Cantaor of cantaores
Today in our blog El Bordonazo, we bring up Antonio Tovar Ríos, known by his stage names El Niño de la Calzá or Antonio el de la Calzá. He was born in Seville, in the La Calzá neighborhood, and became a favourite of Pastora Pavón and her brother Tomás
There are cantaores and cantaoras who are admired by other artists of cante, regardless of their popularity among the general public. Tomás Pavón and Juan Mojama are two good examples of this, although there were and there are many more. Nowadays they’re called “cantaores of reference”. Today in our blog El Bordonazo, we bring up Antonio Tovar Ríos, known by his stage names El Niño de la Calzá or Antonio el de la Calzá. He was born in Seville, in the La Calzá neighborhood, and became a favourite of Pastora Pavón and her brother Tomás, among other geniuses of that time.
Born in 1913, Antonio was a child prodigy of cante, a precocious cantaor with the gifts of communication and wit. I first met him when he was 70 years old, at the now-extinct Peña Flamenca El Manantial at the Los Carteros neighborhood in Seville, where I was introduced to him by the amateur cantaor Antonio el Pichichi. I tried to shake his hand, but the master said no, not a handshake, but rather a hug. I had heard so much of him, of his greatness and also of his humbleness, that his hug was one of the greatest things I had experienced as a flamenco aficionado until then.
That same night Antonio told me about his admiration for Tomás, Pastora, El Carbonerillo and Manuel Torres, and also his admiration for living artists such as Valderrama and Camarón. The genius de la Isla was always a follower of his style and masterfully recreated his fandangos, particularly the style he created after the 1936 Spanish Civil War when, as his voice started failing, he turned the fandango around, with the invaluable help of the Sevillan guitarist Niño Ricardo, creator of some mechanisms that revolutionized guitar playing for accompaniment.
In the last tracks he recorded with Sabicas (Gramófono, 1936) and Ricardo (Columbia, 1943) we can see that spectacular change which set the foundation for a new way to perform the fandangos naturales, lacking the characteristic pre-war gloss, but having a greater depth and feel, more “jondura y pellizco”. I talked with Antonio that night about this change and he told me “sometimes, loosing our abilities forces us to reinvent ourselves”. Antonio influenced not only Camarón, but also Pansequito, Rancapino and Chiquitete, among others. In his old age, Antonio was very proud that young singers would follow his very personal style of cante.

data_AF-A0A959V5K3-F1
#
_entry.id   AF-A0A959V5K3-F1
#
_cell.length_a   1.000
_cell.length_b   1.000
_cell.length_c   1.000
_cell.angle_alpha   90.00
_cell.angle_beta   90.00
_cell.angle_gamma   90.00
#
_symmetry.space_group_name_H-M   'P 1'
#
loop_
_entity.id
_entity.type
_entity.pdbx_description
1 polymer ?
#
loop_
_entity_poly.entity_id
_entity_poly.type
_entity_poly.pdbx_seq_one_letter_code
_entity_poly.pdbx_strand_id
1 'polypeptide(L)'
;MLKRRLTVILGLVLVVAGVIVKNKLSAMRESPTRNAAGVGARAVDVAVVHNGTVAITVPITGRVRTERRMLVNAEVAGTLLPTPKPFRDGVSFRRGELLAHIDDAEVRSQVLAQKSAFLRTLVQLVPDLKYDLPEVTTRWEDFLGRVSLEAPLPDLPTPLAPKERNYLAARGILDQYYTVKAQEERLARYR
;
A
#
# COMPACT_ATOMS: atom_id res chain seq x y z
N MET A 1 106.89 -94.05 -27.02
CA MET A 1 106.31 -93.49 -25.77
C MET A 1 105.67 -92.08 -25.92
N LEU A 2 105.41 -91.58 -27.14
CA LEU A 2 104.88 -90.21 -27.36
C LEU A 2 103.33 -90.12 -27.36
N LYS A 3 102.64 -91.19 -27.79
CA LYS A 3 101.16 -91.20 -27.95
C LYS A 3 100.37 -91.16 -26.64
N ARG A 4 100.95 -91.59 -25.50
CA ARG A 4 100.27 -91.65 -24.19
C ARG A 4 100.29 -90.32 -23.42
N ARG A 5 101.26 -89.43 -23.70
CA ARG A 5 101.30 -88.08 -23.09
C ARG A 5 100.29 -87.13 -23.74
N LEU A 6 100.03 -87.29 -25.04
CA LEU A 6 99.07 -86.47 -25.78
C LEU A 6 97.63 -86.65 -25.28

Yet, el de la Calzá wasn’t just a fandanguero, but he was also able to sing malagueñas, tarantas and buleríaswith great skill. When the Spanish Civil War started he was already a big star, having had great success at the time of the Ópera Flamenca with Marchena, Cepero, Vallejo, Canalejas, Pepe Pinto and Pastora. At the time of the military coup that started the Spanish Civil War, he was in Jaén with the company of Pepe Pinto and Niña de los Peines, but instead of moving to Madrid like Pastora and Pepe did, he stayed put in Jaén, because he knew right there that Seville was one of the cities most severely punished by the fascist coup, where blood flowed on the streets like rivers.
Certainly, all the distress he endured in Jaén, unable to return to Seville, affected his singing style, changing it, and he continued to have great success in the company of Manuel Vallejo and also in the company of Pepe Pinto. However, he almost lost his voice, which no longer had commercial appeal, forcing him to leave the stages, unable to compete with other artists, and he spent his last days running a concession stand and singing in the odd party. Such was the end of one of the best cantaores of Seville, creator of a unique, personal style that today is followed by young artists such as Rancapino hijo, to name just one example. Antonio Tovar Ríos, the great Niño de la Calzá, passed away in 1981.
Translated by P. Young